04 july 2019
On Tuesday, Russia’s ministry of defense confirmed that 14 submariners died of smoke inhalation after a fire aboard a spy submarine.
“On July 1, fourteen submariners . . . died in Russian territorial waters as a result of inhaling combustion products aboard a research submersible vehicle designated for studying the seafloor and the bottom of the World Ocean in the interests of the Russian Navy after a fire broke out during bathymetric measurements,” the ministry said in a statement to state media.
According to the ministry, the fire was extinguished thanks to the deceased’s “self-sacrificing actions” and the sub was brought back to the base at Severomorsk, the home of Russia’s Northern Fleet. If accurate, the location of the port of refuge would indicate that the sub was operating in the Barents Sea at the time of the casualty.
A defense ministry source told Russian outlet RBC that the fire broke out aboard a “descent vehicle of the nuclear project 10831 (also known as ‘Losharik’),” and that the crew of the descent vehicle perished.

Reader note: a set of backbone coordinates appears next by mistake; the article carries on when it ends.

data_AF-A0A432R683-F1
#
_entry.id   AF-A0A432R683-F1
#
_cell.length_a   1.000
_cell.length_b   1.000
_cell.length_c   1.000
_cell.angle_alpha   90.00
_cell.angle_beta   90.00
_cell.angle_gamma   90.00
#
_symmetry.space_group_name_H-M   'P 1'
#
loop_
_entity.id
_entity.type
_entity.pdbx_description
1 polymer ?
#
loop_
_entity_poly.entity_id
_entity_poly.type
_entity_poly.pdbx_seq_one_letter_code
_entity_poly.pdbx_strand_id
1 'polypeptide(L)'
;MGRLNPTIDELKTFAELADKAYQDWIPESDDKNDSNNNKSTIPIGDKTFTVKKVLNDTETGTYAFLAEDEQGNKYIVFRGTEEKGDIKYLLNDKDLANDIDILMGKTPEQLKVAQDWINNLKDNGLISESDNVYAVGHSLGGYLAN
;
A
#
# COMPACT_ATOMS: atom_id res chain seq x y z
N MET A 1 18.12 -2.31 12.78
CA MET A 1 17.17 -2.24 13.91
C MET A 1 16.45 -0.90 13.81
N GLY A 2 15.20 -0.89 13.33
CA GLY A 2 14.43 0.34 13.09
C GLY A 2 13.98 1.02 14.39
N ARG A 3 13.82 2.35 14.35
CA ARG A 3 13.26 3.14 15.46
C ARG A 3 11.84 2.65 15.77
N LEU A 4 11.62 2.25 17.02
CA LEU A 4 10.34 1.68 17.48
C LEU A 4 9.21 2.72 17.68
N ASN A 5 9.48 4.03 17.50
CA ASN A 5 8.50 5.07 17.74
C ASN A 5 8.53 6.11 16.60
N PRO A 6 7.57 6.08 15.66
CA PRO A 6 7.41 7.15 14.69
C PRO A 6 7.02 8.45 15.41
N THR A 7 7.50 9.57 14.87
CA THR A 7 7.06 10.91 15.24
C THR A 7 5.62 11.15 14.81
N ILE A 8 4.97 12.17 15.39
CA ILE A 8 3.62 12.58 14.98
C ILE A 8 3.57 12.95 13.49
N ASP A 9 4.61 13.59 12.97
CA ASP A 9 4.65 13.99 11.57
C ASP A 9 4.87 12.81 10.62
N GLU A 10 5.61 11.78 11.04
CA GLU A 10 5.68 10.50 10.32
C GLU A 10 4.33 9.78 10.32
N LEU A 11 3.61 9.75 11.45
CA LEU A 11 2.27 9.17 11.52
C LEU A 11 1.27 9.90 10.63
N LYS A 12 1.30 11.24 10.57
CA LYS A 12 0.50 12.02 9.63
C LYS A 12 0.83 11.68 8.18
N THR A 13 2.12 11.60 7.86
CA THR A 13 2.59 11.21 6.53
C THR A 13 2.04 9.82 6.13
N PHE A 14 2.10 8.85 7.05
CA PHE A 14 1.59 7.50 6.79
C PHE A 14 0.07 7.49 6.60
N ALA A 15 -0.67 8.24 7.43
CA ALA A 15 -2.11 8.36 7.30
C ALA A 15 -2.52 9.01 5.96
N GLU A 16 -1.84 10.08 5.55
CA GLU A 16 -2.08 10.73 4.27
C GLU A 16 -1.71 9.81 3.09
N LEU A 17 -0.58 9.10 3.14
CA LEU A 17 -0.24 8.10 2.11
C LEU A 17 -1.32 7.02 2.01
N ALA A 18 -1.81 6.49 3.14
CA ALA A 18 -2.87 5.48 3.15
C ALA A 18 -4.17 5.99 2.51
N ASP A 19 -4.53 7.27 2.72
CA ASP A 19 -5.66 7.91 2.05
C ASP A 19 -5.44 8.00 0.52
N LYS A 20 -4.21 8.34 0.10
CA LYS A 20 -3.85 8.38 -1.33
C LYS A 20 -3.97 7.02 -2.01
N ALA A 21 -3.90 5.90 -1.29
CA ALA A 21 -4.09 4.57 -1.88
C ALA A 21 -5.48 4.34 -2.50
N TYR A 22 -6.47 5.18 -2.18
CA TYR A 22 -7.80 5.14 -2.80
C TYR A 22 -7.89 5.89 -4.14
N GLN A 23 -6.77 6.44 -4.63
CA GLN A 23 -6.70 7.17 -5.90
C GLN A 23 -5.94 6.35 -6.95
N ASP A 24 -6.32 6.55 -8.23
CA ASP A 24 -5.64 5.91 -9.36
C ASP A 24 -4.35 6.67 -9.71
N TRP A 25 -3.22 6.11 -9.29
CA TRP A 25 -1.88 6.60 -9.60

Losharik is a nuclear-powered, unarmed, ultra-deep-diving submarine built for covert operations. Its capabilities are little known, but it is believed to be deployed as a payload from a heavily-modified Delta III- or Delta IV-class ballistic missile submarine. It is not administered by the Russian Navy’s submarine service, but by the Main Directorate for Deep Sea Research, which functions as a separate bureau. “The main tasks that [the directorate faces] are listening to foreign underwater communication lines, lifting interesting weapons and military equipment from the depth, protecting our similar